CSR Change Agency

CSR Change Agency:

Making a Difference

Paper by Wayne Visser

In the face of unprecedented global challenges like financial market instability, persistent poverty and climate change, can individuals make a difference? This article looks at what motivates people to devote their time and energies to addressing social, environmental and ethical issues.

In particular, it shows how corporate sustainability and responsibility (CSR) can provide a powerful way to address what I called in a previous article for Ethical Corporation (‘Five corporate sustainability challenges that remain unmet’, EC 31, July 2004), the ‘existential gap’, i.e. the lack of a deeper sense of personal meaning and job satisfaction felt by many employees today.

A survey a few years ago by the London PR agency, Fish Can Sing, already hinted at the extent of the problem. They found that 66 per cent all 18-35 year-olds are unhappy at work, and the proportion rises to 83 per cent among 30-35 year-olds. According to their results, one in 15 has already quit the rat race and 45 per cent are seriously contemplating a career change.

They labelled this group of people ‘TIREDs’ – or Thirty-something Independent Radical Educated Drop-outs. In analysing this market segment, they discovered that these otherwise highly successful and motivated professionals were lacking something in their corporate life. This they called the ‘LDDR factor’ – they wanted Less Demand (i.e. less work-related stress, shorter working hours) and Deeper Reward (i.e. more job satisfaction, higher quality of life).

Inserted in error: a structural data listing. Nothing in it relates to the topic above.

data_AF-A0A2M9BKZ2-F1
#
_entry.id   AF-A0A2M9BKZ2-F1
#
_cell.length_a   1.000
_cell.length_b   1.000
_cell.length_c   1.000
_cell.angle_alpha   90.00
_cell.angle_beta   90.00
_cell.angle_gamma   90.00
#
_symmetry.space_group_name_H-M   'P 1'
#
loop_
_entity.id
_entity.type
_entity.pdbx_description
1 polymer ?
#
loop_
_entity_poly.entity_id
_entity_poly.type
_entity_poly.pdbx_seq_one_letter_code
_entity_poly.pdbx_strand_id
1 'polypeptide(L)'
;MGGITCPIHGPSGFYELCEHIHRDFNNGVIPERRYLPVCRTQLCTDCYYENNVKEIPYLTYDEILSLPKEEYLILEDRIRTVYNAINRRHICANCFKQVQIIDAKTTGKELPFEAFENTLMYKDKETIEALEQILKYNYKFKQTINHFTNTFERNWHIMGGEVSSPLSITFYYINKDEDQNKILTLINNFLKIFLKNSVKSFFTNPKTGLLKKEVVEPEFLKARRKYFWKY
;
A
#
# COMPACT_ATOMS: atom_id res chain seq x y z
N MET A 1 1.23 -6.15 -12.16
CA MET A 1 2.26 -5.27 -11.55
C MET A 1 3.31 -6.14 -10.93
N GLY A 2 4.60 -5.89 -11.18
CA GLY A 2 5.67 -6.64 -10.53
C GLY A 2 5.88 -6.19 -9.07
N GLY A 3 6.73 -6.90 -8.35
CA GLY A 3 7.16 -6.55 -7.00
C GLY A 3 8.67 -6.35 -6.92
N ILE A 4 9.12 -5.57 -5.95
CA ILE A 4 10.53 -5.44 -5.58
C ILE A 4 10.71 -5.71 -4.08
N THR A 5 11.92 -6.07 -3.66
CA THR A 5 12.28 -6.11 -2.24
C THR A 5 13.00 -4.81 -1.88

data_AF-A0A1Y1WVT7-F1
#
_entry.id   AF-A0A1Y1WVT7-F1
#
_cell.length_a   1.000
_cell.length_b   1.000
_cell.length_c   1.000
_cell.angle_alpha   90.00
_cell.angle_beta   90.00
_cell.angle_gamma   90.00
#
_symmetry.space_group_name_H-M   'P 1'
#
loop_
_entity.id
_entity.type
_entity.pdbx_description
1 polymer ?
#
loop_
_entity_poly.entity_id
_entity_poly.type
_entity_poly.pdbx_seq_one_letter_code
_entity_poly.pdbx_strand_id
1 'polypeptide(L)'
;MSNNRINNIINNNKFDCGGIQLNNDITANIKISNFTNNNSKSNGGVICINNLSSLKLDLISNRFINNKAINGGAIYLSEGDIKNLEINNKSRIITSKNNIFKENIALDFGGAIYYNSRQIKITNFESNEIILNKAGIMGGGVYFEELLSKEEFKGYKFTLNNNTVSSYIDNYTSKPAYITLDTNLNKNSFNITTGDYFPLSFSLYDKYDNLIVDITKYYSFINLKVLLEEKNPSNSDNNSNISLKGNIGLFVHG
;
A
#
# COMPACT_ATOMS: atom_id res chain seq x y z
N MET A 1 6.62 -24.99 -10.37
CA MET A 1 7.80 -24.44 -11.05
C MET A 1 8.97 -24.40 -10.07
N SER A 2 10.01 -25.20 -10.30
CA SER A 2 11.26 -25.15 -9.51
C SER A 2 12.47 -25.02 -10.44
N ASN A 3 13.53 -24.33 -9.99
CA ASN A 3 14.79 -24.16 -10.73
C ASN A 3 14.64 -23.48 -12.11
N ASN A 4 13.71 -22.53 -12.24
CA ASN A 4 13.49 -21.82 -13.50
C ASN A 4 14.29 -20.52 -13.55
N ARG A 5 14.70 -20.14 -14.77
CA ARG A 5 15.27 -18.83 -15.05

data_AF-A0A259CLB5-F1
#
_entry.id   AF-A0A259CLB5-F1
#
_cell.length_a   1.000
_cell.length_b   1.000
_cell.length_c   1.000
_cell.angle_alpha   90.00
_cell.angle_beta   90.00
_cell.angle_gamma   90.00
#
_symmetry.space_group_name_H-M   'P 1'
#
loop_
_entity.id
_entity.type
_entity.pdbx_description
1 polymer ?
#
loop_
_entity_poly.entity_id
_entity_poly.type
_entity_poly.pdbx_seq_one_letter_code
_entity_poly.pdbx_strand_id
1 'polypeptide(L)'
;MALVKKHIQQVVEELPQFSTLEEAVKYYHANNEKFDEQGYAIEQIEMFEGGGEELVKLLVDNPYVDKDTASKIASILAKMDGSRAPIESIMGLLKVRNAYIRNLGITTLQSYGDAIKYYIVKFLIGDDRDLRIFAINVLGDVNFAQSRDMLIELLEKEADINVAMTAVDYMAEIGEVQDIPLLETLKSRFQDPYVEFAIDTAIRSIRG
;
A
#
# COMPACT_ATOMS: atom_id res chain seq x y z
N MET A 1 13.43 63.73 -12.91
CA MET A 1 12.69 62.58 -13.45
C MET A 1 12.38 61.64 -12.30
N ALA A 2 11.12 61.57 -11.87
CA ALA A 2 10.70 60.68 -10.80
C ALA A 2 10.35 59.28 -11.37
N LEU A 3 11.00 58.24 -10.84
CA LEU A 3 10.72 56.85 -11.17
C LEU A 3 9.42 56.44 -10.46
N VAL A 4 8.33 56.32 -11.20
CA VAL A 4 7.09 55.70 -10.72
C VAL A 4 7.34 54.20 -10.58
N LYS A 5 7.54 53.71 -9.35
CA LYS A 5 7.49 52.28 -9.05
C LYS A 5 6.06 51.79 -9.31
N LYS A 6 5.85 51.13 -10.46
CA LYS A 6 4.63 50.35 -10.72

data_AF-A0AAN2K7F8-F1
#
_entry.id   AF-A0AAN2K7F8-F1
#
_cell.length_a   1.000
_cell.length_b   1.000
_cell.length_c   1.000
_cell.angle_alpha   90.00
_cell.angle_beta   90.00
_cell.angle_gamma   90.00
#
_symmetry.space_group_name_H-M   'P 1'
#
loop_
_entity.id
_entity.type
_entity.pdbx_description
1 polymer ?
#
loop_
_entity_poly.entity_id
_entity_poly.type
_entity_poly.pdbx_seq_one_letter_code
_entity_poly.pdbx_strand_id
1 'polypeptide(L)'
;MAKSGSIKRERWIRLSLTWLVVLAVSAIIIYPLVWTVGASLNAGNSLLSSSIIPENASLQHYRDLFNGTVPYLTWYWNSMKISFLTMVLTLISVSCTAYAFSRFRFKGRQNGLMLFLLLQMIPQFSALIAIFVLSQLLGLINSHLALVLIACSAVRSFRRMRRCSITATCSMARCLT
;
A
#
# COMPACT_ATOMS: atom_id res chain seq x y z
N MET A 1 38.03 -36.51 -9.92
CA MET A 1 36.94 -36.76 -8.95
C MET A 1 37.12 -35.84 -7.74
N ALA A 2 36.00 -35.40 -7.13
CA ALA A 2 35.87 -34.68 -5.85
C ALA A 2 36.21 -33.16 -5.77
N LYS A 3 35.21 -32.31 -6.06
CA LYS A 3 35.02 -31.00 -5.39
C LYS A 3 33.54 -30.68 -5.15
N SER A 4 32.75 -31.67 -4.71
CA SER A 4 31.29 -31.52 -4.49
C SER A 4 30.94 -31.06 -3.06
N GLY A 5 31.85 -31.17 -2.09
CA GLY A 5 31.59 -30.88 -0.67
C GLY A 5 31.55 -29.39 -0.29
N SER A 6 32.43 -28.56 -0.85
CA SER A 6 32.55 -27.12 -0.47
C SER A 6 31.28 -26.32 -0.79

What‟s more, this existential crisis doesn’t appear to be confined either to the thirty-something age group, nor to the UK. According to the Worldwatch Institute, about a third of Americans report being ‘very happy, the same share as in 1957, when Americans were only half as wealthy. And in Japan, there is a word for ‘death from overwork’ (karoshi).

In fact, the industrialised world in general fares much worse than expected on some measures of wellbeing. For example, in the New Economics Foundation’s 2006 Happy Planet Index, which measures the relative efficiency with which nations convert the planet’s natural resources into long and happy lives for their citizens, Italy is 66th, Germany 81st, Japan 95th, the UK comes 108th, Canada 111th, France 129th, United States 150th and Russia 172nd.

So what is going on here? Victor Frankl, author of Man’s Search for Meaning and a personal survivor of four Nazi concentration camps, suggests that our Western pursuit of economic growth may be to blame: ‘Consider today’s society,’ he says. ‘It gratifies and satisfies virtually every need – except for one, the need for meaning. This spreading meaning vacuum is especially evident in affluent industrial countries. People have the means for living, but not the meanings.’

Management guru, Charles Handy, puts it another way: ‘We seem to be saying that life is about economics, that money is the measure of things. My hunch is that most of us don’t believe any of this, and that it won’t work, but we are trapped in our own rhetoric and have, as yet, nothing else to offer, not even a different way to talk about it’ …

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Cite this article

Visser, W. (2008) CSR Change Agency: Making a Difference, CSR International Paper Series, No. 1.

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